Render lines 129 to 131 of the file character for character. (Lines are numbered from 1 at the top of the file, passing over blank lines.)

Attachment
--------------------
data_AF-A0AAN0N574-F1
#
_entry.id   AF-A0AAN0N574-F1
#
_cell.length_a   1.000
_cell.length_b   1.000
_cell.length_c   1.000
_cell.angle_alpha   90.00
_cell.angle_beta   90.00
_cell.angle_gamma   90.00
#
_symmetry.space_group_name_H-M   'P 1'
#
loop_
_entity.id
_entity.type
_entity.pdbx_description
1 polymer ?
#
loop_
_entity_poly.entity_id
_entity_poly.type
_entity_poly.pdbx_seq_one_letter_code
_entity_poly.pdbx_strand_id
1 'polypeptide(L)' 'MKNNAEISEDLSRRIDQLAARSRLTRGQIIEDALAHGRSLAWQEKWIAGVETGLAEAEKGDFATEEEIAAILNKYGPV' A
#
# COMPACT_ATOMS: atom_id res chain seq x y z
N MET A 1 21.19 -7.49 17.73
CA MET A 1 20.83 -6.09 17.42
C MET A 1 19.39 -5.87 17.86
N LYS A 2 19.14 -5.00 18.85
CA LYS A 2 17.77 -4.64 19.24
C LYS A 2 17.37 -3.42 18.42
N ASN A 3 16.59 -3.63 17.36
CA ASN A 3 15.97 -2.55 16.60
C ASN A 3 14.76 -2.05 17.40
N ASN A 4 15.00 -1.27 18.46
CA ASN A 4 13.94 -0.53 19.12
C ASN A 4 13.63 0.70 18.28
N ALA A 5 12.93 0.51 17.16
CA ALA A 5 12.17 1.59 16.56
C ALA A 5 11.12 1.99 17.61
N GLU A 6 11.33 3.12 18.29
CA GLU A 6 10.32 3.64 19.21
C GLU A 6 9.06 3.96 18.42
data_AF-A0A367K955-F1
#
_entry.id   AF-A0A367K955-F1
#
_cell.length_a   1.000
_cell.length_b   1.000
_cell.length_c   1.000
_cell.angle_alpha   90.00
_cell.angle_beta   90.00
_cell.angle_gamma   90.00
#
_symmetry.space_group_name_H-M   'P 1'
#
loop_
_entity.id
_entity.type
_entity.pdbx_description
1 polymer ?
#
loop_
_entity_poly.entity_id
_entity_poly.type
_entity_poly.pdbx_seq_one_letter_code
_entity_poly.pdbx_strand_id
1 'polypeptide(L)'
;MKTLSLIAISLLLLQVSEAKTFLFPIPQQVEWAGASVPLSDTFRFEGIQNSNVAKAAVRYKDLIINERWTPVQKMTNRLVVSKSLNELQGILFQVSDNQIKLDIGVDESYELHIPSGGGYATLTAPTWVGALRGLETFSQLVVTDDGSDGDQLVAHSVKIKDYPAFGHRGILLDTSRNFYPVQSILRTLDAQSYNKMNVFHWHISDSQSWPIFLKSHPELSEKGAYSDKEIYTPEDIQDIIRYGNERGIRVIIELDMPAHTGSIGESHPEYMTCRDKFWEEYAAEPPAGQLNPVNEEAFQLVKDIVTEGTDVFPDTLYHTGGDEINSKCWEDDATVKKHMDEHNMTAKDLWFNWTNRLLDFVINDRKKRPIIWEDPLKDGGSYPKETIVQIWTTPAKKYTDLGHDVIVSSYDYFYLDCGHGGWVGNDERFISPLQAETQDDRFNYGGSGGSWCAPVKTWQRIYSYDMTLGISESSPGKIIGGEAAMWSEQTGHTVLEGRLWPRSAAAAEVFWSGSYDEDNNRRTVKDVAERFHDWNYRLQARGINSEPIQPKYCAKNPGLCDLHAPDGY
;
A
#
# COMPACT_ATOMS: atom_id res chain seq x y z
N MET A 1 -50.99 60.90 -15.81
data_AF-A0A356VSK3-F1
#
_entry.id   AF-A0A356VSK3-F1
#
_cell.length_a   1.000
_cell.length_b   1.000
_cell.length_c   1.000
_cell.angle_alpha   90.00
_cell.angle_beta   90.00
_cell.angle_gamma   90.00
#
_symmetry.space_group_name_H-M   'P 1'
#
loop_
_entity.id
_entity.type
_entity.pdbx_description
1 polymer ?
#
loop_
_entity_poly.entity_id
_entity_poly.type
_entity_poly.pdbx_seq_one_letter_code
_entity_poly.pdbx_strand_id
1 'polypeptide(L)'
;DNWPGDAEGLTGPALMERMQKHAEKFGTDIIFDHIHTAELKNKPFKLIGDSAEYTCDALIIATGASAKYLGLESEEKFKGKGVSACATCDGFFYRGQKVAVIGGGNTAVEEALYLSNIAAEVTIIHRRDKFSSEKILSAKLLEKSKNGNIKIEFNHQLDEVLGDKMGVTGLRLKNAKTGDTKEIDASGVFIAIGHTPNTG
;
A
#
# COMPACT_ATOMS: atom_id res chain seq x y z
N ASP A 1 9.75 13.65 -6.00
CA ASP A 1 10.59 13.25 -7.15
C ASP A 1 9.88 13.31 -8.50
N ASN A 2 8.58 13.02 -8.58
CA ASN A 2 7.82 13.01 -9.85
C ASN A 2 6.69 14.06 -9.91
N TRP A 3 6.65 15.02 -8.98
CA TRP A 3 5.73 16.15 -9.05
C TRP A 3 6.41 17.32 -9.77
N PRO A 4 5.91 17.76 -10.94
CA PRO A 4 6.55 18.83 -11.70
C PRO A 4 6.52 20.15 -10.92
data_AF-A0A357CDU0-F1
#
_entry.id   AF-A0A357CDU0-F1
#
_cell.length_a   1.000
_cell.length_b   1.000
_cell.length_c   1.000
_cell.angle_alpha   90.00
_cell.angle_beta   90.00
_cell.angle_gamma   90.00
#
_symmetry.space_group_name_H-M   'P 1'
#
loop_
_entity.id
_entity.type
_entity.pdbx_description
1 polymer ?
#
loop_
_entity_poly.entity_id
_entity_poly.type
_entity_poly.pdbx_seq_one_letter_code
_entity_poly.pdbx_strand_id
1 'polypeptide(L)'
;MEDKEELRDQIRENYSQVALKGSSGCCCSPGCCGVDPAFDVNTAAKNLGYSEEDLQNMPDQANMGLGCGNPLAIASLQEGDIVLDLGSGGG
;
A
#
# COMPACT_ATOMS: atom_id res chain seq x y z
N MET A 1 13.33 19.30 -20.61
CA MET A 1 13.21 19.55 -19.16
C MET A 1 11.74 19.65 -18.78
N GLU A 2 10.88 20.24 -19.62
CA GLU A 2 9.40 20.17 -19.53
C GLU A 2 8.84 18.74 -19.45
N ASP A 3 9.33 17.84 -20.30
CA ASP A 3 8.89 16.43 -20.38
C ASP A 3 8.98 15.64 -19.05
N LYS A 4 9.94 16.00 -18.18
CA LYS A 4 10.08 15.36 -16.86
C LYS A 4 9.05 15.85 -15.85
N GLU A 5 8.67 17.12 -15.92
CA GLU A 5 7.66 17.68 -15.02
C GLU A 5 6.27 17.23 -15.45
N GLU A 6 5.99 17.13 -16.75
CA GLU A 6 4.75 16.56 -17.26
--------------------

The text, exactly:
#
_symmetry.space_group_name_H-M   'P 1'
#